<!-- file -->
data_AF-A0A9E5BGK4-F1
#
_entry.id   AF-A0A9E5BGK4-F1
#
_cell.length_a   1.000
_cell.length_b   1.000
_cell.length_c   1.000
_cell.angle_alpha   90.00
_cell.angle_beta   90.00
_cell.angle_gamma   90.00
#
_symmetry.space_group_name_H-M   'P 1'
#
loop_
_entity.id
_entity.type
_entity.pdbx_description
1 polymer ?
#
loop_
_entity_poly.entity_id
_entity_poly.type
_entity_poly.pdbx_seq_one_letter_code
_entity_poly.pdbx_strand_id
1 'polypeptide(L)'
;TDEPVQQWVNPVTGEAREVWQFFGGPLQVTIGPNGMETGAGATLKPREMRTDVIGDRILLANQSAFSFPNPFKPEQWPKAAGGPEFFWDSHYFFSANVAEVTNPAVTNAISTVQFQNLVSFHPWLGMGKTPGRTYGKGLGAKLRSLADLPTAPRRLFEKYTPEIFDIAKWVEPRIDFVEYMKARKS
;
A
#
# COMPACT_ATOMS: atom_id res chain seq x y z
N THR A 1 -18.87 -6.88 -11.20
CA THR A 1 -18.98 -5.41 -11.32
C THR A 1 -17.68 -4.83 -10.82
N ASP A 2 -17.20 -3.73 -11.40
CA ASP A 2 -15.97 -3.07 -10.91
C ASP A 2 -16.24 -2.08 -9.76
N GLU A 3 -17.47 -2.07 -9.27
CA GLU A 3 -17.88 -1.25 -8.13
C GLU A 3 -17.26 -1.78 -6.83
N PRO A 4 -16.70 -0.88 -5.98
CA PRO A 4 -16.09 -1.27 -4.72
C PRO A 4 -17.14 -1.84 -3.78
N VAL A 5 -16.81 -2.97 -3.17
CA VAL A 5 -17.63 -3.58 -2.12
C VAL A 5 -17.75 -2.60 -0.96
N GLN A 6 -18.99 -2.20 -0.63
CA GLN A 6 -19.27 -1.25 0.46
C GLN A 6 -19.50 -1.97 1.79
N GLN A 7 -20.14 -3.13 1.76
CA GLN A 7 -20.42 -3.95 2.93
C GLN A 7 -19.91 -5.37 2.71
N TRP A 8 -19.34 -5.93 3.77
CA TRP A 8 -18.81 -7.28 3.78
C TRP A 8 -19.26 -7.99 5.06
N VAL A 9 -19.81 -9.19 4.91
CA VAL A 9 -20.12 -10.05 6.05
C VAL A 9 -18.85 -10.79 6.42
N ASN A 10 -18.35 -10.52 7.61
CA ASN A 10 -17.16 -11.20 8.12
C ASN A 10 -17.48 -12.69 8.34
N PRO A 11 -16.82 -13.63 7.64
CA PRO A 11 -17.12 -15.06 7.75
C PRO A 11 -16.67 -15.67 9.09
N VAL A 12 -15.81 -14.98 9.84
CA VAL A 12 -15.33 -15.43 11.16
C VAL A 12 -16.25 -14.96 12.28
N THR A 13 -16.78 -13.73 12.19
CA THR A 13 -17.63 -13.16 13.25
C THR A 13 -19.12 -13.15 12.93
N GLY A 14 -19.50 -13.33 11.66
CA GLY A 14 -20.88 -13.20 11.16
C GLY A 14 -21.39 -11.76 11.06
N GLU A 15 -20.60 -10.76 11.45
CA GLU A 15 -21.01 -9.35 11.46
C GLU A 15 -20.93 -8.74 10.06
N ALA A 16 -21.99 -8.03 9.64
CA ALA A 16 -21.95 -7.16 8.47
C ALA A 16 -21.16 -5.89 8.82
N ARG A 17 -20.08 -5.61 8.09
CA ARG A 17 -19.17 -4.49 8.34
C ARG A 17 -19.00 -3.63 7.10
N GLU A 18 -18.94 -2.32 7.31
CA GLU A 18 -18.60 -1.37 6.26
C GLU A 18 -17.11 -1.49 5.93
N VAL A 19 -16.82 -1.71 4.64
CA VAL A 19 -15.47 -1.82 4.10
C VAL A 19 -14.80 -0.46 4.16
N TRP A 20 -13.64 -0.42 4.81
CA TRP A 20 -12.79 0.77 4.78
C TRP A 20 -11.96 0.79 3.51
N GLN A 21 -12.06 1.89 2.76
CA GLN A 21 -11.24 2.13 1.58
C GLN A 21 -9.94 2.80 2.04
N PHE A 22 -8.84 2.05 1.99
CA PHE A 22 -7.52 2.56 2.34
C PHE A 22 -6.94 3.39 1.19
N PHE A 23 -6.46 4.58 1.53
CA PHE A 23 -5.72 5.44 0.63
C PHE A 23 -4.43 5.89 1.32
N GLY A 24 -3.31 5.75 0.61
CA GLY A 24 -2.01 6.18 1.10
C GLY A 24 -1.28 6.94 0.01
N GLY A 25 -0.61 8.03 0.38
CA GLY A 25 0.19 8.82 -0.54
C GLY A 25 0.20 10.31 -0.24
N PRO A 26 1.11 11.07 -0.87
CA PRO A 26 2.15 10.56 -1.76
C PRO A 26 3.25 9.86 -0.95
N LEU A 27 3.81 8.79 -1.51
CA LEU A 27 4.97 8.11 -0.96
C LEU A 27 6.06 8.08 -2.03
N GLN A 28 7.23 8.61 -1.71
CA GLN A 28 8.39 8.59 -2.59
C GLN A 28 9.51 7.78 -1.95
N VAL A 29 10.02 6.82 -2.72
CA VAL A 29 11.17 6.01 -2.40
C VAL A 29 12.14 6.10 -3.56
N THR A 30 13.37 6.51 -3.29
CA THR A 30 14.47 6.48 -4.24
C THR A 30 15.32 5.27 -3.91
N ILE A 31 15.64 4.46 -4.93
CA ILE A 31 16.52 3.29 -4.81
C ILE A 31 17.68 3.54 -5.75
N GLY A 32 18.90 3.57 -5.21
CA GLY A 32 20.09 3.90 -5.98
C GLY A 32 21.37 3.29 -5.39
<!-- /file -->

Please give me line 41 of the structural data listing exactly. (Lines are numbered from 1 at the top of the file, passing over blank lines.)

CA PRO A 4 -16.09 -1.27 -4.72